By Estela Casados
One of the strongest harvest dates on the market is approaching, “The day of love and friendship.” This February 14, friendship takes a backseat: marketing puts flowers, chocolate and a motel to patriarchal love. That which, for better and for worse, we call romantic love.
When I was in high school I had a friend who always looked at the date with horror. At 16 years old she was terrified of being without a romantic partner, that man who would be her complement and her better half. The idea of finding a person who is “the part we are missing”, the being that “complements us”, is older than that Fey song that we sang at the top of our lungs in the nineties of the last century.
Apparently, the myth of existential and romantic complementarity emerged around the year 416 BC. It is said that, in the middle of a banquet, the Athenian playwright Aristophanes constructed a myth that today is part of our emotions, desires and feelings, but about which we know little.
According to this character, the human race was very different from today, as it consisted of a round subject that had a pair of heads, hands and feet. Some had male and female genitalia, others had a pair of female genitalia. This primitive being also had only male genitalia.
They were strong individuals, of great vigor and such certainty that they were complete beings, that they constantly felt great pride and happiness. Their strength led them to conspire against the gods, so Zeus (father of gods and men) ordered Apollo to cut them in half, dividing them for eternity. With which they were condemned to look for each other again and again until they found each other, like soul mates.
Over time this story was adapted and seasoned in such a way that jealousy, beatings, psychological coercion and everyday machismo were part of the search for true love. “Whoever loves you well will make you suffer,” the popular Mexican proverb tells us. “Love without jealousy is not love,” he continues. Thus, it seems that we continue searching without knowing what or who it is that makes us happy, what makes us feel that we are loved people.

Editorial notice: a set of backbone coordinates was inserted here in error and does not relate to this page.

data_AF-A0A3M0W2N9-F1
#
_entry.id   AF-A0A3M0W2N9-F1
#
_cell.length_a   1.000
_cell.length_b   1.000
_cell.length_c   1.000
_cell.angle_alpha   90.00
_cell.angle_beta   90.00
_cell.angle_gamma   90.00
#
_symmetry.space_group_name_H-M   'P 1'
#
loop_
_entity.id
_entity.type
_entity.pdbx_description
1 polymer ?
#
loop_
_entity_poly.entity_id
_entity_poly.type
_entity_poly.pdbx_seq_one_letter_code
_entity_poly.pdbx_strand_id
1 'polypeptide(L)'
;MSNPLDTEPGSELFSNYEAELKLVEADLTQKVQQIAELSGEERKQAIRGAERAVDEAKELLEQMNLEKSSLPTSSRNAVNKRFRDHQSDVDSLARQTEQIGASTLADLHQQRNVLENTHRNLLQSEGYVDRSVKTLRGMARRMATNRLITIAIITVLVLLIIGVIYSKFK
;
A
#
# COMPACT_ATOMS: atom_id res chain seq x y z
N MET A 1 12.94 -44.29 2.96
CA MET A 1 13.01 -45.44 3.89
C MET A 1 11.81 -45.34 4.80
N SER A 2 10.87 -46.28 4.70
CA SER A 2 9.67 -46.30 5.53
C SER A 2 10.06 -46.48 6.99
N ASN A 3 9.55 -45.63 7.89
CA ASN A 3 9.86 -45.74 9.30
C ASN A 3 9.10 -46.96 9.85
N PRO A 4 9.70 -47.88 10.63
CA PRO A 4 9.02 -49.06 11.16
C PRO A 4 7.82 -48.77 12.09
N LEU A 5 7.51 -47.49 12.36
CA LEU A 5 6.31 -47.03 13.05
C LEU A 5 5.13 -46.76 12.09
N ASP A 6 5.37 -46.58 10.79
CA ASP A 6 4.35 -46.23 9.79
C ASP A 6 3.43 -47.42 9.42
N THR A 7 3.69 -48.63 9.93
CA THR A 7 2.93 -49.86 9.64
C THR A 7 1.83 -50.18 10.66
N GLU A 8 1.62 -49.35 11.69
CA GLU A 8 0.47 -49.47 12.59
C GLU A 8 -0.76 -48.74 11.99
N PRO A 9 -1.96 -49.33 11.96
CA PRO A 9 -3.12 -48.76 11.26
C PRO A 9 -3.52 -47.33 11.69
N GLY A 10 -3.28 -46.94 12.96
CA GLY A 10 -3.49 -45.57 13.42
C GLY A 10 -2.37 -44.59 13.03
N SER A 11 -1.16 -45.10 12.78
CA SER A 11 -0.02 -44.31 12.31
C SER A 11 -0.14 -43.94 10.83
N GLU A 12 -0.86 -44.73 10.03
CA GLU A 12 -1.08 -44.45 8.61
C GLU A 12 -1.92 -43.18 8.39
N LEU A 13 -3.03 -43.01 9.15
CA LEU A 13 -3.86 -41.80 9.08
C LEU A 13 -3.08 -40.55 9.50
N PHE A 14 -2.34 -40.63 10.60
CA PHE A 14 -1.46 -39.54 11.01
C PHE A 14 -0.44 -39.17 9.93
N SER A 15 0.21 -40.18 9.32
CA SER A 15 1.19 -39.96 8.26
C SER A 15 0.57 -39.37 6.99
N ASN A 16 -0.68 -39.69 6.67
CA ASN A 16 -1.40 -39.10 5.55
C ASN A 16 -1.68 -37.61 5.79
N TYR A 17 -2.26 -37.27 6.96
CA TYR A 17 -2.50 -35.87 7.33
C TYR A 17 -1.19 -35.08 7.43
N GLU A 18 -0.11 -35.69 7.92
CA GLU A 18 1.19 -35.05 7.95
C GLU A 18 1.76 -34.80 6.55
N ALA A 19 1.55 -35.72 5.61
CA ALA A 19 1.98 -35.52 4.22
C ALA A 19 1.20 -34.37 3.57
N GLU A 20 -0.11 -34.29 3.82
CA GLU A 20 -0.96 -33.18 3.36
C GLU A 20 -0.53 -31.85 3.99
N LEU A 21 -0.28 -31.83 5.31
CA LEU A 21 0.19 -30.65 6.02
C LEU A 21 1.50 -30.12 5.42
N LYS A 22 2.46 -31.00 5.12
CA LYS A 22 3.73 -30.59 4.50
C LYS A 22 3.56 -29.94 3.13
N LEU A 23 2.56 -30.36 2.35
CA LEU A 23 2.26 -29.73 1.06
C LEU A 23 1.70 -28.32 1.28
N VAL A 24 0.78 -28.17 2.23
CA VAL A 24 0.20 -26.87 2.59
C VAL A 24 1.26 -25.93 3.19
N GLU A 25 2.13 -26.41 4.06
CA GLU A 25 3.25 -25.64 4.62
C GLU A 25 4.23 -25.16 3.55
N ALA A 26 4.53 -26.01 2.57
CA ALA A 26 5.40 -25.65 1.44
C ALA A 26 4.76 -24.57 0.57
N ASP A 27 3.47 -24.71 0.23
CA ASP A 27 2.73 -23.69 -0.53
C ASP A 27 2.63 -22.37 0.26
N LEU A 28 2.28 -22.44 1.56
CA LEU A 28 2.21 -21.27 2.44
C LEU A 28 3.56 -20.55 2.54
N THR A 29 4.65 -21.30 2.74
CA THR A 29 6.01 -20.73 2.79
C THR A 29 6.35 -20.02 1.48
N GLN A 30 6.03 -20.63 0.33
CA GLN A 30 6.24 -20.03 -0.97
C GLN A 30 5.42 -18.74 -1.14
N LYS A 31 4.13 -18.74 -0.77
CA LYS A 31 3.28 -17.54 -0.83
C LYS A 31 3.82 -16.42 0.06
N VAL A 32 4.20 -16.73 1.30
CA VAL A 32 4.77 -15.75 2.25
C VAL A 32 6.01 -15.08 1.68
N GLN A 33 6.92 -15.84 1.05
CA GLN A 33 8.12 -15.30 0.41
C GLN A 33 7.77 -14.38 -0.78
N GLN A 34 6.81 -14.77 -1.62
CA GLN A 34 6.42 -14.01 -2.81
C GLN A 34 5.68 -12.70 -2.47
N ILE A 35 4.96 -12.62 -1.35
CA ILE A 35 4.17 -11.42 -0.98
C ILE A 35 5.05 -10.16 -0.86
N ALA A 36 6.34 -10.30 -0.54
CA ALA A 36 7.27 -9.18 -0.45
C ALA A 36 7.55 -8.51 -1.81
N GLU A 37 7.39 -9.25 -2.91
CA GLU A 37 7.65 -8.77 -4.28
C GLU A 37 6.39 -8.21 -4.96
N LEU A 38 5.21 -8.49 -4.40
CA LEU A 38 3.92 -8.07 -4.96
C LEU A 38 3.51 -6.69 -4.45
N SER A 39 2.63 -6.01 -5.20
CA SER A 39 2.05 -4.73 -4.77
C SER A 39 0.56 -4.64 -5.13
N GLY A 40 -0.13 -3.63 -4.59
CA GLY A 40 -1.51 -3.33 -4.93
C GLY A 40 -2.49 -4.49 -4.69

Feminist philosophical reflection always gives us clues and provides help when faced with these issues with no apparent solution that have us at a dead end. It must be clarified that their arguments are difficult to understand and even harder to put into practice: first love is oneself.
Do we need anyone else? We can be accomplices of our body, take care of our decisions and feel proud of our actions. Dedicate ourselves to ourselves, to being well, to review what makes us sick, to undertake projects, to stop and gain momentum. Review our mistakes, be self-critical, but not sadistic with our wrong actions. Trying to live needing ourselves so much that we do everything that allows us to be proud of ourselves.
Difficult. In addition to the system of romantic love that we have enjoyed since we were little, there is an economic system that impoverishes us and that ties millions of women down. Castrates his survival and his projects. Perhaps, if we begin the task of ensuring that those who love us well are ourselves, we will be able to walk in another direction and begin the construction of a culture of self-love.
*Coordinator of the University Observatory of Violence against Women. Veracruz University